Traditionally, Christmas is a time of reflection and celebration in many cultures around the world, including the UK.
But in countries such as Egypt, Turkey and the Philippines, people take the holiday as a day of rest and relaxation.
Many of the festive decorations and displays, which include giant Christmas trees, Christmas carols, and decorations for traditional Chinese and Islamic festivals, are very popular and are still seen by many visitors in these countries.
The decorations are often accompanied by food, drink and gifts.
They are also often decorated with pictures of characters, scenes from movies, or even images of animals or birds.
One such Christmas decoration is the giant Christmas tree in the streets of Istanbul, the capital of Turkey.
This giant tree, which is taller than the Taj Mahal, is part of the iconic Turkish city of Izmir, famous for its architecture and the Taj, or Tower of Babel.
A giant Christmas Tree, which weighs over 1.8 tonnes, is a popular holiday decoration in Turkey and has become a popular tourist attraction in Europe, particularly in Italy.
The decoration is usually accompanied by traditional Chinese or Islamic festivals such as Christmas Eve, the New Year’s Eve and Christmas Day, the Islamic holidays, as well as by food and drink.
However, many of the Christmas decorations are not accompanied by these traditional Islamic celebrations.
Many Chinese tourists also visit Istanbul for the traditional Chinese New Year, and they may bring their families with them.
One of the most popular Christmas decorations is the big Christmas Tree in the Streets of Istanbul.
The large tree is decorated with hundreds of large Christmas figures and scenes from the Chinese New Years celebrations.
This is followed by an evening of dancing, singing and fireworks in front of the huge Christmas Tree.
The Chinese New year is also known as the Chinese Lunar New Year.
This festival takes place in China’s central city of Wuhan, and is a festival of Chinese culture and spirituality, in which people take part in rituals and songs, dancing and singing, and other traditional Chinese celebrations.
Another popular Christmas decoration in Istanbul is the Chinese Lantern, which symbolises the energy and vitality of the city.
The Lantern is a huge circular white, glass-covered lantern which is decorated by the thousands of different lanterns, or Christmas lights, in different styles and colours, representing different Chinese festivals.
It is one of the many decorations in Istanbul that are part of a Chinese Newyear celebration.
In addition to the Christmas decoration, people in Istanbul also celebrate the Chinese holiday of Christmas Day by gathering around a large Christmas tree.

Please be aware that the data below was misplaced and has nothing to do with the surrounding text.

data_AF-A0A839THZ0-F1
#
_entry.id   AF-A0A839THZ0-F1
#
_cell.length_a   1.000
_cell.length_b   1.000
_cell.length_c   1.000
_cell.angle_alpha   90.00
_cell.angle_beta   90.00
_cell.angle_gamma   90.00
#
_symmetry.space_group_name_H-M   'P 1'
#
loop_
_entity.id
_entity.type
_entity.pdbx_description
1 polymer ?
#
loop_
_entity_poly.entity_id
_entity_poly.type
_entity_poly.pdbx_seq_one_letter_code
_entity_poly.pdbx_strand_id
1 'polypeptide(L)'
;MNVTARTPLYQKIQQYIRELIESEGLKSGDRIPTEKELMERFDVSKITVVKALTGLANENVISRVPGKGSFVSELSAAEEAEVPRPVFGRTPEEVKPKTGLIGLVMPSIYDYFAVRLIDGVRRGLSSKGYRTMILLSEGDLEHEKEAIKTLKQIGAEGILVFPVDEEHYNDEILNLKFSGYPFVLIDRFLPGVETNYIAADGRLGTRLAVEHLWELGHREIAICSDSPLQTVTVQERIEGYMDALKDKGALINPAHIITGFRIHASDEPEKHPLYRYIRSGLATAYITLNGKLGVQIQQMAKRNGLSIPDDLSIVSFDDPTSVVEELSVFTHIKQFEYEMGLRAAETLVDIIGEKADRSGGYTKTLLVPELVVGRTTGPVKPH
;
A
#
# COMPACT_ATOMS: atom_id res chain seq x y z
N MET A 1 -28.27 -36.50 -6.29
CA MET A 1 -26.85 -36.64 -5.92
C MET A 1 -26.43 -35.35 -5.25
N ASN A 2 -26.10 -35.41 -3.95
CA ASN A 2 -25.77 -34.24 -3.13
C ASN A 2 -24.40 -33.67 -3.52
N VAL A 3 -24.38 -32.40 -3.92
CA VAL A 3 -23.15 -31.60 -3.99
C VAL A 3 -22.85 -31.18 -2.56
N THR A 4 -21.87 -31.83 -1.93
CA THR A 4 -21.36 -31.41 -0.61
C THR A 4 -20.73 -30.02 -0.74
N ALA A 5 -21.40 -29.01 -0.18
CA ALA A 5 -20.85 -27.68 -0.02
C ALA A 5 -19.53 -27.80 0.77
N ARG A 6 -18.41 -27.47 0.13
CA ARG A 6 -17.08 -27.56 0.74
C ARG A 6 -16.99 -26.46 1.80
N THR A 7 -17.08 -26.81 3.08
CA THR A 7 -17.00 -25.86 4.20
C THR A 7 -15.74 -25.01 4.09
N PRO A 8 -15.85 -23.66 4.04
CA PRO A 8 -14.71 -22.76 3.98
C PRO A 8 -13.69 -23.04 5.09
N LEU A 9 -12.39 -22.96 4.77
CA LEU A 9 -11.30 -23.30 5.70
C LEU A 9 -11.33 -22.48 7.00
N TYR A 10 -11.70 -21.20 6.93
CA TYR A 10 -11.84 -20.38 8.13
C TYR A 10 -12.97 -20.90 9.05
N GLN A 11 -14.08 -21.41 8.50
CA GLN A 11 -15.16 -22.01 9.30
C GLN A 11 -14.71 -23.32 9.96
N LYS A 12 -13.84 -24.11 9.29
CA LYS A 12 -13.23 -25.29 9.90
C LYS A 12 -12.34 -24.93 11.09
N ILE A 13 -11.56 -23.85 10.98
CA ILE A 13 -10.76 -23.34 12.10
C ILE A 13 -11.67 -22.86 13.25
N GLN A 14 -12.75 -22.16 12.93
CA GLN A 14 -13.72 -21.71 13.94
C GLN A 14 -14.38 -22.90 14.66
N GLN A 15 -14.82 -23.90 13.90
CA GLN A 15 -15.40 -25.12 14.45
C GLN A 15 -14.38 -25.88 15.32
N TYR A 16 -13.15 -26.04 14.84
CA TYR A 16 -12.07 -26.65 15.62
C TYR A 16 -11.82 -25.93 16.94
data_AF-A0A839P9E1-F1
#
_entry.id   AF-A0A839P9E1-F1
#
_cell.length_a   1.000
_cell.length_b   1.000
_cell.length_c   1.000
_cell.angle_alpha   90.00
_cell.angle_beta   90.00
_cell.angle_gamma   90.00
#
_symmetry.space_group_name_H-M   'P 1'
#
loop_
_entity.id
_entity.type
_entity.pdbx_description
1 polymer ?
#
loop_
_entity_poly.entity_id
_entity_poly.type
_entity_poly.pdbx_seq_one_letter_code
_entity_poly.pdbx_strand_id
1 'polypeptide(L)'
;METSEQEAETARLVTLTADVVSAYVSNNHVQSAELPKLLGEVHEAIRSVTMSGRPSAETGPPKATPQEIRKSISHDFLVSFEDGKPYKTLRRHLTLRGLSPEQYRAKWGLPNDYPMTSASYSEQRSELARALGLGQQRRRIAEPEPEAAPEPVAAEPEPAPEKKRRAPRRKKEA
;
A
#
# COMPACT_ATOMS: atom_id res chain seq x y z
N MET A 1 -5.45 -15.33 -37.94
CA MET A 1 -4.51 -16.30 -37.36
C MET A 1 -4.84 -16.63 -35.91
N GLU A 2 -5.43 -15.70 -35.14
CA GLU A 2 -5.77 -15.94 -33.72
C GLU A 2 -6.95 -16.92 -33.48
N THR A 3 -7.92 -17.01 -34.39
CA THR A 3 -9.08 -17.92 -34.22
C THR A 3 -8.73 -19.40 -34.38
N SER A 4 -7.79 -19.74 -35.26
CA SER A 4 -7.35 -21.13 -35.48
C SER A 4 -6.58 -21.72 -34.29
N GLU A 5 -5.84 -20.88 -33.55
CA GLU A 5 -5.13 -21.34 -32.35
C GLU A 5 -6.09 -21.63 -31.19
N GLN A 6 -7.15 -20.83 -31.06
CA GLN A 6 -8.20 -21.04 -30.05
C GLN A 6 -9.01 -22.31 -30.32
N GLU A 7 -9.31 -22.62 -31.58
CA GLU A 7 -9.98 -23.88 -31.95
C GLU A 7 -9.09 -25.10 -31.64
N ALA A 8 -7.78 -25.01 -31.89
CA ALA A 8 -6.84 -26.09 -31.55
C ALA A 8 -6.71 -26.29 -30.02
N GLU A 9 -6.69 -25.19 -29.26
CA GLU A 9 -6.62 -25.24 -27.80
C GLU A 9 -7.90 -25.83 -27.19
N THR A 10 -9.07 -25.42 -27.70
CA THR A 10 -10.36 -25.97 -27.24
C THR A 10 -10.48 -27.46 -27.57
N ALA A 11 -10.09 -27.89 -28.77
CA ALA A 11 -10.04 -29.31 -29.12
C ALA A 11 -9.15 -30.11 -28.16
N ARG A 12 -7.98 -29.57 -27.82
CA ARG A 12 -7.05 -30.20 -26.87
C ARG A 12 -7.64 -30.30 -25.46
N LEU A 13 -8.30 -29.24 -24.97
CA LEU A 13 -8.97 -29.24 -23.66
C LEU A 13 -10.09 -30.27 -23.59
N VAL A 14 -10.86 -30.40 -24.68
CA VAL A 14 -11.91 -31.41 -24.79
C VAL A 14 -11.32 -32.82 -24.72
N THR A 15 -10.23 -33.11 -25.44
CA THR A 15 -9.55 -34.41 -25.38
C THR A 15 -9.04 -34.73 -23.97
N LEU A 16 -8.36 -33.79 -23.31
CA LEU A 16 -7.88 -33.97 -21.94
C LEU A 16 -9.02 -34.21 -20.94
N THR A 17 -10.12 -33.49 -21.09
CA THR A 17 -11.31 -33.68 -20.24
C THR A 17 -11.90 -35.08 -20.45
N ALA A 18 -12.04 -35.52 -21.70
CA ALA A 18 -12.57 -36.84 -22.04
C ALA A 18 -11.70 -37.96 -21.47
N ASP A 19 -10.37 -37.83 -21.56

One popular Christmas ornament in Istanbul, which has become an icon of the Turkish capital, is the gigantic Christmas Tree on the top of the tallest building in the city, the Istanbul Tower, which measures over 1,500 metres tall.
This ornament, which was first erected in the 19th century, is seen all over the city of Istanbul and is now part of one of Istanbul’s most famous Christmas trees.
It has become so popular that it is now one of many Christmas decorations in Turkey.
Christmas is also a time for religious festivities and Christmas markets, but these decorations are still usually not accompanied with traditional Chinese, Islamic or other Islamic festivals.
In many countries, Christmas has become more popular in recent years.
In China, it has become the most celebrated of the Chinese holidays, with tourists arriving from around the globe.
In the Middle East, Christmas celebrations have been on the rise since the Middle Ages, when it was celebrated as a time to celebrate the birth of Jesus Christ.
This tradition has been on a rise in Turkey since the 1970s, when President Recep Tayyip Erdogan began promoting Christmas in the media.
Turkey is the third largest Muslim-majority country in the world and it has a huge Muslim population.
During the first decade of the 21st century, Christmas was also celebrated in Egypt and Tunisia, but it was banned in Turkey in the 1980s.
In 2017, the Turkish government banned the traditional celebration of Christmas in Turkey, and a ban was placed on the annual Islamic New Year celebration in Turkey as well.
The ban was lifted in 2017, but the Turkish authorities still enforce a ban on the Christmas celebrations.
According to some estimates, around 1.5 million people are estimated to attend the traditional Christmas celebrations in Turkey every year.
The Turkish authorities say that it takes an average of two years to build up a large building and construct a large tree, and that this year, they have been building a new Christmas tree for the first time.
The new tree was constructed in the capital city of Ankara in the last weeks of March 2018.
Turkish Prime Minister Ahmet Davutoglu said that the new tree will be a symbol of the country and of Turkey and that it will be made of concrete and steel.
In 2019, Turkey will celebrate the first anniversary of the Muslim festival of Eid al-Adha, the holiday marking the end of Ramadan, during which Muslims fast during the